Today, Lalish Battalion and other PMUs control the mountain’s south side, but there is little travel or trade between the halves, leaving the north side at the mercy of fighting between KRG forces and YBŞ. “It’s sad in the north,” Brincka says. “The villages look no different than it did the day ISIS destroyed it three years ago.”

While some see Sinjar as another step in “Iran’s road to the sea”—which would have to go through the semi-autonomous, left-wing cantons of northern Syria—the opening of a Baghdad-Sinjar land route is an opportunity to re-establish Iraqi sovereignty over the mountain. Some locals seem to welcome it as a respite from the PKK-Barzanî conflict.

In other areas disputed between Baghdad and Erbil, similar dynamics are taking place. Given allegations that the KRG deliberately disarmed Assyrian Christians in Nineveh ahead of ISIS attacks, and that the KRG continues to interfere in Nineveh’s local politics ahead of the September referendum, many Assyrians have formed a PMU called the Nineveh Plains Protection Unit. Indeed, many Assyrians want to integrate their own homeland of Nineveh into an autonomous Sinjar/Ezidkhan.

The lynchpin of the alliance between “Shia” forces and minorities like the Êzîdî Assyrians is a “Sunni Arab tribe.” Shammar, an influential family with branches across the region, is represented in Iraq by a PMU called Nawadir al-Shammar. Men in the proudly Arab, Sunni-majority clan have been fighting and dying alongside the YBŞ and other PMUs. If this isn’t complicated enough, there is also a Shammar militia in Syria called al-Sanadid that participates in the Syrian Democratic Forces and carries banners of PKK founder Abdüllah Öcalan into battle.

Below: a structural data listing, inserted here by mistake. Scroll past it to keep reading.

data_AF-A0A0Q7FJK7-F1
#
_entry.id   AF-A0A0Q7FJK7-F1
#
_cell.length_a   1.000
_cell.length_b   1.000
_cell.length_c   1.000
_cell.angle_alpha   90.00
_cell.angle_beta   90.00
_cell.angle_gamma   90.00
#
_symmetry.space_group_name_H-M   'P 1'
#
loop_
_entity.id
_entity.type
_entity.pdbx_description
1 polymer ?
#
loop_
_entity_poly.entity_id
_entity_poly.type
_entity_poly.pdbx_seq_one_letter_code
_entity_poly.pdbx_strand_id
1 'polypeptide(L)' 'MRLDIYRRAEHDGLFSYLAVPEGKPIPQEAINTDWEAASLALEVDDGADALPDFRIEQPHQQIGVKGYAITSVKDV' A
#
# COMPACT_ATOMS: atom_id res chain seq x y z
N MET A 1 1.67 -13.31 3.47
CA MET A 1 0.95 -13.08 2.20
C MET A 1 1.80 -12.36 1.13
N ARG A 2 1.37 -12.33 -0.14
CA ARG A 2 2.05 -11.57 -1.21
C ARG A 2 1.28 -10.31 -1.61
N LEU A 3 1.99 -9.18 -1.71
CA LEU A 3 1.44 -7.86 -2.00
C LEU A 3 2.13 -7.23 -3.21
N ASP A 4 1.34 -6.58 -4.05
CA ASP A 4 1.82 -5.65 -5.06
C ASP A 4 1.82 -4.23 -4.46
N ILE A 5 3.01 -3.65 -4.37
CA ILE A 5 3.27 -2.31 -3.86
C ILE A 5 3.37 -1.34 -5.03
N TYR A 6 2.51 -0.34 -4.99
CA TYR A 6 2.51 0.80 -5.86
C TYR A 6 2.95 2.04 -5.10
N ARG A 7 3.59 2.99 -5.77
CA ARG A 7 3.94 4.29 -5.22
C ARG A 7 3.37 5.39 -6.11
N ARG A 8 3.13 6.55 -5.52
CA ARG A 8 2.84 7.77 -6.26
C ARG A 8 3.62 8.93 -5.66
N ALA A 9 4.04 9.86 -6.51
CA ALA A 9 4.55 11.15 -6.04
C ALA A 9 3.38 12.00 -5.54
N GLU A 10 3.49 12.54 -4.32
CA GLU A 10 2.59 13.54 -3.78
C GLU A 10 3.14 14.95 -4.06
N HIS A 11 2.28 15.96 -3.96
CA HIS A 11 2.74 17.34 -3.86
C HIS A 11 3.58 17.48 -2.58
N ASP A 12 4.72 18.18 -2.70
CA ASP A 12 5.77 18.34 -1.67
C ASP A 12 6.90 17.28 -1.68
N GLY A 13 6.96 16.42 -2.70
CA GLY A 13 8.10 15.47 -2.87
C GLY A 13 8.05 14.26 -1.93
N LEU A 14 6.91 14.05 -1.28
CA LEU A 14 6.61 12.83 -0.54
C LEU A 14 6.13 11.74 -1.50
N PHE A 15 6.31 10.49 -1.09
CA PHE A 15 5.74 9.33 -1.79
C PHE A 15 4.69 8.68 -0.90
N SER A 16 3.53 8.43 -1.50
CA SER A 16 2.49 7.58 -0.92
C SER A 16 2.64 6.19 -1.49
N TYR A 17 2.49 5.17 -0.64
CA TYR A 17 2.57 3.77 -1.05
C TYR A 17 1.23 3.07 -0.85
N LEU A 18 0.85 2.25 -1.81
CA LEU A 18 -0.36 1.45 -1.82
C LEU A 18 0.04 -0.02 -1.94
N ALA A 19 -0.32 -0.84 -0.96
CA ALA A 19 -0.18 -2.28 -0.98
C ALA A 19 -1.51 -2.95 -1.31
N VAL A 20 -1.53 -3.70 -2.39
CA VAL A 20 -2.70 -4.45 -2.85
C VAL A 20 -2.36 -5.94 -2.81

So it would seem that the alliance structure in Sinjar crosses sectarian and ethnic lines while linking powers traditionally seen as enemies. Local groups like the YBŞ and HPÊ may lean on outside patronage for furthering their goals, but are ultimately seeking security and dignity over any grand ideological project. The differing approaches of Baghdad and Erbil show how far a nuanced, sober view of how local politics can go.

Image courtesy of KurdishStruggle. 

Matthew Petti

About Matthew Petti

Matthew Petti is an undergraduate junior at Columbia University studying Middle Eastern history and languages. His work has been published in The National Interest, Reason Magazine and the Columbia Political Review. Find him on Twitter: @matthew_petti.